Category Archives: Shipping

Widened Panama Canal benefits Northwest Seaport Alliance

The Northwest Seaport Alliance reports that a new high efficiency vessel designed specifically to take advantage of the widened Panama Canal and reduce its carbon footprint arrived at The Northwest Seaport Alliance’s East Blair One terminal in Tacoma on August 10th.

The first-call visit by the Wallenius Wilhelmsen Logistics (WWL) MV Thalatta indicates the larger locks in Panama open new opportunities for both roll-on/roll-off (Ro/Ro) and container cargoes moving through the Pacific Northwest. The new locks opened in June and allow transit of much larger vessels.

“The wider Panama Canal provides our gateway with expanded capacity to global markets, particularly in Europe, the Mediterranean and South America,” said Bari Bookout, the NWSA’s chief commercial officer for non-container. “The new locks allow carriers like Wallenius Wilhelmsen Logistics to develop larger, more efficient vessels to meet customer demand and regulatory requirements.”

The Thalatta is the second in WWL’s High Efficiency Ro/Ro (HERO) fleet, designed to increase capacity and cargo flexibility while reducing emissions. Its sister ship, the MV Themis, is expected to visit the NWSA this fall.

At 650 feet long (200 meters) and 120 feet wide (36.5 meters), the Thalatta has capacity to transport up to 8,000 vehicles. The vessel features five liftable decks to allow for multiple configurations and a wide variety of cargoes. A shallower draft gives these ships access to a wider range of ports globally.

WWL has environmental ambitions for a zero emissions future, and the Thalatta includes several innovations to reduce fuel consumption and its environmental impact. Most notable is the new Exhaust Gas Cleaning System that ensures sulphur emissions comply with the Emissions Control Area (ECA) regulations. The system also reduces particulate emissions by 70 percent, and significantly reduces Sox, CO2 and NOx emissions.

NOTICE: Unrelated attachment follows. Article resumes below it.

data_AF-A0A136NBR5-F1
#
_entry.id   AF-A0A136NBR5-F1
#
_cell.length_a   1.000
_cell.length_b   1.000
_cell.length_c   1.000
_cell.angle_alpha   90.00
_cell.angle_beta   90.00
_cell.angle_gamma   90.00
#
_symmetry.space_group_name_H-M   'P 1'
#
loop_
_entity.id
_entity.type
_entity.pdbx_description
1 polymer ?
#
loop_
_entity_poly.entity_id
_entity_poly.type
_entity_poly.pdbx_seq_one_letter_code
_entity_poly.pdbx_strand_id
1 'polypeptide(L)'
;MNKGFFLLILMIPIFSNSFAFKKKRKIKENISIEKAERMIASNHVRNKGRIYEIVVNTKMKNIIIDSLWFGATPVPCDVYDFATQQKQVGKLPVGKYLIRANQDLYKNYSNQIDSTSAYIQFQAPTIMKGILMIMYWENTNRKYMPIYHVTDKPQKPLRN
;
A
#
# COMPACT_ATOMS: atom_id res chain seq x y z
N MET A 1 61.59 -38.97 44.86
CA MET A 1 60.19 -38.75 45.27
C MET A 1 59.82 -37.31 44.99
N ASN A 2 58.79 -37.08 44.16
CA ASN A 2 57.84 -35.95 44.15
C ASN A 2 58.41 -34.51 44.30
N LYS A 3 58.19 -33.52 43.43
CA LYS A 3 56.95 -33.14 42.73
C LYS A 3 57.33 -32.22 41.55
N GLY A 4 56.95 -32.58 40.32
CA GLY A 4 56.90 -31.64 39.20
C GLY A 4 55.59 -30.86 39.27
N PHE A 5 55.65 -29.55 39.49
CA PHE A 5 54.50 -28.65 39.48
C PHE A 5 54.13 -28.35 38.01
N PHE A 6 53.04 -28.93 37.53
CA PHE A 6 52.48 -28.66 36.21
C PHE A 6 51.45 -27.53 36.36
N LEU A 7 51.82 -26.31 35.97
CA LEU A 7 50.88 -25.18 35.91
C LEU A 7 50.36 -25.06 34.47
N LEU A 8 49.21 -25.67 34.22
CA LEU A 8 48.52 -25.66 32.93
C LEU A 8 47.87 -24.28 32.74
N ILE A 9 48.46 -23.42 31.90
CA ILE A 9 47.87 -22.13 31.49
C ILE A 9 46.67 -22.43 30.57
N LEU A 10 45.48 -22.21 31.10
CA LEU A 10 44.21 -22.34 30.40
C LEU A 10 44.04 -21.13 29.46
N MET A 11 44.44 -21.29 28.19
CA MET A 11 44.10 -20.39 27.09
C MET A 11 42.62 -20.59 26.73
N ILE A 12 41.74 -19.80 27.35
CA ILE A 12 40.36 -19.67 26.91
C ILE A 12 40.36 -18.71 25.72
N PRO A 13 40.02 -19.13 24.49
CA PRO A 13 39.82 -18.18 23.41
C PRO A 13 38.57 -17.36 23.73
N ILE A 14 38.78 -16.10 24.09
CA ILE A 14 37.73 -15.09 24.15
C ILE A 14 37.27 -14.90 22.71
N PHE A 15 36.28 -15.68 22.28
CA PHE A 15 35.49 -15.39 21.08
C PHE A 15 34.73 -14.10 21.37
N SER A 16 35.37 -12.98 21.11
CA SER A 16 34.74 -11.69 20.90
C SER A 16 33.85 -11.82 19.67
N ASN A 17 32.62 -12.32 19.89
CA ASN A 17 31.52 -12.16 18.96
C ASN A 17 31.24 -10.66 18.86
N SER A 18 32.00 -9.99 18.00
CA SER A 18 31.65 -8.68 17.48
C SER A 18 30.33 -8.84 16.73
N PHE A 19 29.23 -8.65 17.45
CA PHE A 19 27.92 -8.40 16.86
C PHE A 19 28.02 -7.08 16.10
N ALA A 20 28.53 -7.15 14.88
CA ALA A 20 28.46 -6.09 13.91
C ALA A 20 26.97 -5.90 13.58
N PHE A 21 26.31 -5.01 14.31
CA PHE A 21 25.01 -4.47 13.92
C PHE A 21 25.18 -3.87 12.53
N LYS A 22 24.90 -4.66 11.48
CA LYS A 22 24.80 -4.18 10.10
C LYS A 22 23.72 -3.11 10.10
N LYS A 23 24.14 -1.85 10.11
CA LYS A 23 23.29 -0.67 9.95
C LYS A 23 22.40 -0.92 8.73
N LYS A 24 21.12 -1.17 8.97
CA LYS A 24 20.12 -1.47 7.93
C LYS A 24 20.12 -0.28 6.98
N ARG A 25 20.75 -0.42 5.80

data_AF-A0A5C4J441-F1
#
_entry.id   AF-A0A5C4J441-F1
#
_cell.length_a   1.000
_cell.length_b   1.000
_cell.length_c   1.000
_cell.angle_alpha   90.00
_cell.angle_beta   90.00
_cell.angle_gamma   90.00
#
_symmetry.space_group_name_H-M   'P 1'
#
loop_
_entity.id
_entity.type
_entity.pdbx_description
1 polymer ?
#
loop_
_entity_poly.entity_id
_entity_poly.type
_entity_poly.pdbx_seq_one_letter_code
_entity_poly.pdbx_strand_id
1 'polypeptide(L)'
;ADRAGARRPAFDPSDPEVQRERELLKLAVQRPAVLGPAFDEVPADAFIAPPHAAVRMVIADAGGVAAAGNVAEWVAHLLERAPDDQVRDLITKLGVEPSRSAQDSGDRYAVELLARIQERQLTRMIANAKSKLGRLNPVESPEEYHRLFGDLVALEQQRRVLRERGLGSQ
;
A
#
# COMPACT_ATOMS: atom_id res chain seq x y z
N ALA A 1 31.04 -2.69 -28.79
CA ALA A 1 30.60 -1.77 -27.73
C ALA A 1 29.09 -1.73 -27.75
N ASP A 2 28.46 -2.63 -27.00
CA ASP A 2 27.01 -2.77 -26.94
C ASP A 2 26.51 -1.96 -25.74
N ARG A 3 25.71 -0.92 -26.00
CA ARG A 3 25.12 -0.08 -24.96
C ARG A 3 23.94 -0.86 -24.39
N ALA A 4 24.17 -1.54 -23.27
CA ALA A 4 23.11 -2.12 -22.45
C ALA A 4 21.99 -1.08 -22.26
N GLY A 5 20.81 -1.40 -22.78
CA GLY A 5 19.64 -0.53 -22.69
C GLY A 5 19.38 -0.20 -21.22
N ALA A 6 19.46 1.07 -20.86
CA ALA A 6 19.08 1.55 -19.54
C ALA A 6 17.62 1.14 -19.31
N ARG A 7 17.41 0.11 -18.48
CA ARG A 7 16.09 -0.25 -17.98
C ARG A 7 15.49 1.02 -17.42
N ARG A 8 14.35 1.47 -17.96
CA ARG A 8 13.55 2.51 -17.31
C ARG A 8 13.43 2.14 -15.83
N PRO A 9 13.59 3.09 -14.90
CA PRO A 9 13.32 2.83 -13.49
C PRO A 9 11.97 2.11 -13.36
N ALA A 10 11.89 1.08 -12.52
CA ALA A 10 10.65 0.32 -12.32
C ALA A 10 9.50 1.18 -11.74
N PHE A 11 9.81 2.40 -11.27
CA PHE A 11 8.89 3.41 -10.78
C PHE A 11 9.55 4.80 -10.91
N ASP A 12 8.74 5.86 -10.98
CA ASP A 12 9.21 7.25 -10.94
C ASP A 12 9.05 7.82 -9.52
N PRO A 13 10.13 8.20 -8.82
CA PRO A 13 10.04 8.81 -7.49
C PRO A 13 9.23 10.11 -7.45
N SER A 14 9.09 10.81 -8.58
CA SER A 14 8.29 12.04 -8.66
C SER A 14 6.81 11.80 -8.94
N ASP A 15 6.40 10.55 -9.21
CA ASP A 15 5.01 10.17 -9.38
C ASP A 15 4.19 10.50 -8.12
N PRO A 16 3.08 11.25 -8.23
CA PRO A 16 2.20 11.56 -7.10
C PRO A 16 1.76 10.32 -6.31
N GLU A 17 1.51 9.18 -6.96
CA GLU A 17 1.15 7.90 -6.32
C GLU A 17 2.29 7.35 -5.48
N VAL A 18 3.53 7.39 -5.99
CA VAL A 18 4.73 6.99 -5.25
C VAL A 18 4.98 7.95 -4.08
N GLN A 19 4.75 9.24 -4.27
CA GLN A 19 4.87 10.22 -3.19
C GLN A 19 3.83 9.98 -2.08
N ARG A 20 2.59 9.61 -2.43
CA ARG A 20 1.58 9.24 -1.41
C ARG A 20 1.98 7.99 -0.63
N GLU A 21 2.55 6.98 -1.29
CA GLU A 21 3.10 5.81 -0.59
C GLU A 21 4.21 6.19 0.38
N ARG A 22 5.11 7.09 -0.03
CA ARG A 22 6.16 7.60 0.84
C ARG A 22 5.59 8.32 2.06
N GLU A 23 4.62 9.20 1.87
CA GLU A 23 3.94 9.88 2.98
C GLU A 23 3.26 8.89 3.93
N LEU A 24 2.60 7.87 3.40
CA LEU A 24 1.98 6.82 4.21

Additionally, the vessel is significantly wider that other Ro/Ro vessels, so it requires less ballast water to maintain vessel stability. That improves vessel efficiency and reduces the environmental risk of invasive species.

WWL expects to deploy a total of eight HERO vessels before the end of 2017.

Learn more about the HERO fleet. Find additional information on the MV Thalatta.
About the East Blair One terminal

The East Blair One terminal located in The Northwest Seaport Alliance’s South Harbor is dedicated to breakbulk and Ro/Ro cargoes.

Built in 2008, the 20-acre (8.1-hectacre) terminal offers a 1,200-foot (366-meter) deep-water berth and heavy-lift pad rated at 2,000 PSF, as well as on-dock rail and excellent highway connections.

The terminal is operated by the NWSA.
About The Northwest Seaport Alliance

The Northwest Seaport Alliance is a marine cargo operating partnership of the ports of Seattle and Tacoma. Combined, the ports are the fourth-largest container gateway in North America. Regional marine cargo facilities also are a major center for bulk, breakbulk, project/heavy-lift cargoes, automobiles and trucks.


Port of Seattle Prepares for Megaships – Design Phase Test Pile Driving

Seattle is making preparations to allow megaships to pull into Seattle as another west-coast shipping option at Terminal 5.  This terminal is currently the only one with direct rail access, greatly reducing the short-haul trucking required on Seattle’s crowded surface streets between the dock and the rail yards.

Contractors will begin driving test piles at Terminal 5 in Seattle the first week of January. The installation will last through March.  The pile driving and testing is part of the design phase of the terminal’s improvements.
Planned dock improvements will make the terminal capable of accommodating heavier cranes and provide deeper drafts to handle the megaships cascading into the trans-Pacific trade. These terminal improvements are aimed at helping us compete in a changing marketplace to support the jobs we have and create new ones, while continuing to drive economic benefits for our communities and customers.
Test results could help reduce the final number of piles required and refine the depth of installation during berth construction. This could help save money and reduce construction-related noise.
About 27 piles will be installed at the edge of the Terminal 5 wharf. Installation and testing will take place 8 a.m. to 5 p.m. Monday through Friday and 9 a.m. to 5 p.m. Saturdays in compliance with the City of Seattle’s noise ordinance.
Once installed, some of the piles will be tested using a method known as rapid-load testing. The testing sounds like a half-second cannon shot. The sound can be as loud as 145 decibels at a distance of 50 feet. Nine tests are planned, with no more than one test per day.

Questions about the pile driving and testing may be directed to 206-787-6886 or

Photo credit – Hanjin megaship passes under the Golden Gate Bridge –